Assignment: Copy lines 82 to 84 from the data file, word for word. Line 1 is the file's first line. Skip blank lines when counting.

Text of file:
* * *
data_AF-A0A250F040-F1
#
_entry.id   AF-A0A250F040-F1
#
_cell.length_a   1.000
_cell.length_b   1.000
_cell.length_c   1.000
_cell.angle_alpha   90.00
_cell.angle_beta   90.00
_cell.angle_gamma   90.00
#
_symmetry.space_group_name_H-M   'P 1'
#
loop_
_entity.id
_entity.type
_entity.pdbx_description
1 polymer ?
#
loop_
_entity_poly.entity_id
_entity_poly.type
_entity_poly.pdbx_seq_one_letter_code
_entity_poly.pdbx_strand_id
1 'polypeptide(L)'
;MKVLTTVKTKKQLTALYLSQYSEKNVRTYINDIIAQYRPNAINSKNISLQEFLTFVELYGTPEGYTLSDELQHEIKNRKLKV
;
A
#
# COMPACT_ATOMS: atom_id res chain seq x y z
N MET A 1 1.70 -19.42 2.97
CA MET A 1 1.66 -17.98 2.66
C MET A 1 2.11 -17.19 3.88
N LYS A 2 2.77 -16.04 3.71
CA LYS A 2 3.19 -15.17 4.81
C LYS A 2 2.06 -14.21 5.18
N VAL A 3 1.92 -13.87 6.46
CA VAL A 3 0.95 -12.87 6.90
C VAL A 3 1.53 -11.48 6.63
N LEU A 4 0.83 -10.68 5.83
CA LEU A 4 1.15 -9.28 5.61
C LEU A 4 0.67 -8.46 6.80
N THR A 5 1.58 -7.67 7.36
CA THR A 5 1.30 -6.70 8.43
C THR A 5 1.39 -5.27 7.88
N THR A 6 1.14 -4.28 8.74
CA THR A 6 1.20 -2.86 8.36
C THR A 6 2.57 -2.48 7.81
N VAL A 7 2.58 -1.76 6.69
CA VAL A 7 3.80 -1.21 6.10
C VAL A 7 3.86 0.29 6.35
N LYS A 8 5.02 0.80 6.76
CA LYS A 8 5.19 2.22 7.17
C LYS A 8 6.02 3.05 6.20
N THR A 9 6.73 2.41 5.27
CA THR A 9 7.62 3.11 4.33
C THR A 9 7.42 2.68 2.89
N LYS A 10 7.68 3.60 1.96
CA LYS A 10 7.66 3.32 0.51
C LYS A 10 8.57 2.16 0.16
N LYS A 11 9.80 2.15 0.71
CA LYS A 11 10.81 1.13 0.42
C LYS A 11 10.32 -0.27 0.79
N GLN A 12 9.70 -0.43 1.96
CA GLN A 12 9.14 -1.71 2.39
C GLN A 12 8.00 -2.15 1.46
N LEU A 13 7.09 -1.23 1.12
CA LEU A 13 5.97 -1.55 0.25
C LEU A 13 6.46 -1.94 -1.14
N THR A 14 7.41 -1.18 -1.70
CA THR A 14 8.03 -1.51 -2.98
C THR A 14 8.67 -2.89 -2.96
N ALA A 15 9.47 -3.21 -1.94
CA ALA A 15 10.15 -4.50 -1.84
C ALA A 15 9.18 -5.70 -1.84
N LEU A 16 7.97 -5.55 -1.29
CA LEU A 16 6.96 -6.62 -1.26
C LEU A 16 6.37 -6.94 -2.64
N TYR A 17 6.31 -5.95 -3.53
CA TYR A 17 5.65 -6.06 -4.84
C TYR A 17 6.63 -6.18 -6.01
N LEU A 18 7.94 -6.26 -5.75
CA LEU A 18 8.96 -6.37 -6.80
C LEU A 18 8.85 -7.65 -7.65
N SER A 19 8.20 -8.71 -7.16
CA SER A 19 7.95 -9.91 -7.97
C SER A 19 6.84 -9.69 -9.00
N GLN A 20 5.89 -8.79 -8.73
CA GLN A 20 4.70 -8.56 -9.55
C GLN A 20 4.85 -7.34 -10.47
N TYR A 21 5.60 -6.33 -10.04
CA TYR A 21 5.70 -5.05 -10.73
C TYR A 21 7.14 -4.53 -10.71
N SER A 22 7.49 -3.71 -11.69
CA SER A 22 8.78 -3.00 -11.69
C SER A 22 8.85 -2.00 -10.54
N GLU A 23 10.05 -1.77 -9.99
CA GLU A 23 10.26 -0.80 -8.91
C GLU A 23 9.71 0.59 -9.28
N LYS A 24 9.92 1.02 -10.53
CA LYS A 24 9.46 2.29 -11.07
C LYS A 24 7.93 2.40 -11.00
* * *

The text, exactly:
N LEU A 18 7.94 -6.26 -5.75
CA LEU A 18 8.96 -6.37 -6.80
C LEU A 18 8.85 -7.65 -7.65